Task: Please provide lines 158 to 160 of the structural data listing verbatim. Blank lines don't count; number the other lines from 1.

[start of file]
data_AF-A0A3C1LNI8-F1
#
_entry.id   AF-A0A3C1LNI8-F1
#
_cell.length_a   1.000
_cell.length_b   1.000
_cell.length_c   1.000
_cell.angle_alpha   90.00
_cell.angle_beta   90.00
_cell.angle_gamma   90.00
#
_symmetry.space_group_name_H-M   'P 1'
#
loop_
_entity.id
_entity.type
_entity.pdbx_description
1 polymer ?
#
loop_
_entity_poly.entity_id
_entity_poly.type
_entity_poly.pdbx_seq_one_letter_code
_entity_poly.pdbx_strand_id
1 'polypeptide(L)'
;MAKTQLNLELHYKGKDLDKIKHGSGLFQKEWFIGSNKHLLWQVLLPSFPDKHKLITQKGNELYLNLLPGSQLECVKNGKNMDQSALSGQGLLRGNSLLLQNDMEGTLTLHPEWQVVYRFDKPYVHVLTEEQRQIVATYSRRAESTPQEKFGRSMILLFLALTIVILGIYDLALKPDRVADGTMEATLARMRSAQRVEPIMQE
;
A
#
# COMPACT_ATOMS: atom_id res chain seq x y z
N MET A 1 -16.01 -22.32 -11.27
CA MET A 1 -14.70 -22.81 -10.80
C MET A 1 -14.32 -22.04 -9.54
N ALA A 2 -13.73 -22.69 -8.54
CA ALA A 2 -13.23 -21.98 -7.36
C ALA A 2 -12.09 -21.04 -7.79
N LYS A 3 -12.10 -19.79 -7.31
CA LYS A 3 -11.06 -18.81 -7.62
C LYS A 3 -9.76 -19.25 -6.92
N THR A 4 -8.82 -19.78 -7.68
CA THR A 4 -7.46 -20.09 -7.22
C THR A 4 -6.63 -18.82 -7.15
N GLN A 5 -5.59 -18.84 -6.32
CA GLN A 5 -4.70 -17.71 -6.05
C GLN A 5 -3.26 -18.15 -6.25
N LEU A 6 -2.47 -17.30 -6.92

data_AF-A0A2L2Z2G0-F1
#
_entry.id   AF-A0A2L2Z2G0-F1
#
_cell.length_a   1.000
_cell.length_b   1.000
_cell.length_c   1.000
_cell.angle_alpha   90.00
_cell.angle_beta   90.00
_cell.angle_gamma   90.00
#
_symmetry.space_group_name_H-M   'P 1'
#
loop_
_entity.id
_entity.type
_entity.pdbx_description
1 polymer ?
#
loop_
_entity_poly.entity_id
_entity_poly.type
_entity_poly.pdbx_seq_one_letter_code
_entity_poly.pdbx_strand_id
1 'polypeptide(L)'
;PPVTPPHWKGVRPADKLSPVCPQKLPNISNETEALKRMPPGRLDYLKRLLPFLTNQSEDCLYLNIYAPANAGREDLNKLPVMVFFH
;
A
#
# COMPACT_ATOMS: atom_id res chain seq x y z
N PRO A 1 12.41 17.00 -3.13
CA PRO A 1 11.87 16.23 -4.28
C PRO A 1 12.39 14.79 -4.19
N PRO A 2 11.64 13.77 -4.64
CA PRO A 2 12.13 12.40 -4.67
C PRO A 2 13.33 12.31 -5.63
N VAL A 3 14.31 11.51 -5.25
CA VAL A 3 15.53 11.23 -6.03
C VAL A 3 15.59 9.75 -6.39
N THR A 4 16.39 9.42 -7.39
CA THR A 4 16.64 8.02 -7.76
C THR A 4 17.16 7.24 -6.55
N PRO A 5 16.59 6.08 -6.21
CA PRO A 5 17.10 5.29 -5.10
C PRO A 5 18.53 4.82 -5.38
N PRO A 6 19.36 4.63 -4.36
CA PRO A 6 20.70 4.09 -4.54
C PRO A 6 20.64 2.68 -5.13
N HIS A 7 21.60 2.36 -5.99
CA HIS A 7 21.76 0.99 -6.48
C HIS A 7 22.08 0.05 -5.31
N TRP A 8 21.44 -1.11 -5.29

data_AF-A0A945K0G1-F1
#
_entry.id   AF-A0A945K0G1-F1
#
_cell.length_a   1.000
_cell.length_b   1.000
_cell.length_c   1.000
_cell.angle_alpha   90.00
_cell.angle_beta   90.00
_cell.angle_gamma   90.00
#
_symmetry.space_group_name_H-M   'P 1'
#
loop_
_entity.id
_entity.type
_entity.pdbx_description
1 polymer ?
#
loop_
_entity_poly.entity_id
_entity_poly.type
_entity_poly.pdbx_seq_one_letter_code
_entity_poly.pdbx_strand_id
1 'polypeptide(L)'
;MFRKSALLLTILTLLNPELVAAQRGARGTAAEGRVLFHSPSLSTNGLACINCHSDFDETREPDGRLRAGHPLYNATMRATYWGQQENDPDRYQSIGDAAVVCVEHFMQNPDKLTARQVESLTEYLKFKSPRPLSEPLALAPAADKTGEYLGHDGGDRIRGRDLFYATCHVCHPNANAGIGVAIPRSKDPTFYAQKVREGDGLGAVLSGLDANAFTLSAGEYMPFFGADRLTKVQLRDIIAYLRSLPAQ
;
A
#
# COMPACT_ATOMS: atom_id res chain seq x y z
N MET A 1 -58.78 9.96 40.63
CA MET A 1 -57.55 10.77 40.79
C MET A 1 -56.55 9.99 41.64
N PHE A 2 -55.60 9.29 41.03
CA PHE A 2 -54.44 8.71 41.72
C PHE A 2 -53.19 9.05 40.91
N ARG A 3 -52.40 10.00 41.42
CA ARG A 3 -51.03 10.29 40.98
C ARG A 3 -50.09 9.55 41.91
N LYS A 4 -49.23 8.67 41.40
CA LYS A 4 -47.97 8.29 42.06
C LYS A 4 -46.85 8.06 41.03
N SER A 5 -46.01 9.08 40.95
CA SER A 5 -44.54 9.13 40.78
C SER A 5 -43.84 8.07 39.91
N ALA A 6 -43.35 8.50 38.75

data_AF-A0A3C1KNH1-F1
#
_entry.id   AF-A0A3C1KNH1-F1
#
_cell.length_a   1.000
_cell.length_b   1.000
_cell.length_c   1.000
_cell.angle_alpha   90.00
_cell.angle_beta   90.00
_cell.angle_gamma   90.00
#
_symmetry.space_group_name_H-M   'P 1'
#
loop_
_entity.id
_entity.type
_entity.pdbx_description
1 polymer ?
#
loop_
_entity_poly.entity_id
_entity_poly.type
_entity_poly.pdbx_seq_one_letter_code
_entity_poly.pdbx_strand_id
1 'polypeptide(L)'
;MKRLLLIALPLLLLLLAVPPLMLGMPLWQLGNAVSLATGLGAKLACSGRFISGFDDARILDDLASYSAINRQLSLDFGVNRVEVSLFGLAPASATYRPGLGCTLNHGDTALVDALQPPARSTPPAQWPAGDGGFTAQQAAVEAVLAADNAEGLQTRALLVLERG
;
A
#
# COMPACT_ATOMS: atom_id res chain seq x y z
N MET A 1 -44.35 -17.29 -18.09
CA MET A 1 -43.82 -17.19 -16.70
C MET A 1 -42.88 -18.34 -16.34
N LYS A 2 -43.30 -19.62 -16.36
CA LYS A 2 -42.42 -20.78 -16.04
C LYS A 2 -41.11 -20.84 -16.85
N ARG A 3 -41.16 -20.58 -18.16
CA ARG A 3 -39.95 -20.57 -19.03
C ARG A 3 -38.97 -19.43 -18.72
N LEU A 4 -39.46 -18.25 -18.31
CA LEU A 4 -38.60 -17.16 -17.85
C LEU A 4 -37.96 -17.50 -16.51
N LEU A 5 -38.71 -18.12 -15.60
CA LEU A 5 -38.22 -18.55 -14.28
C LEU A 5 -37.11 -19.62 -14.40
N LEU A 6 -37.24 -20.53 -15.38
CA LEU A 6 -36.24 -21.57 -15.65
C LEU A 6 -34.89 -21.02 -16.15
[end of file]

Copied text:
loop_
_entity.id
_entity.type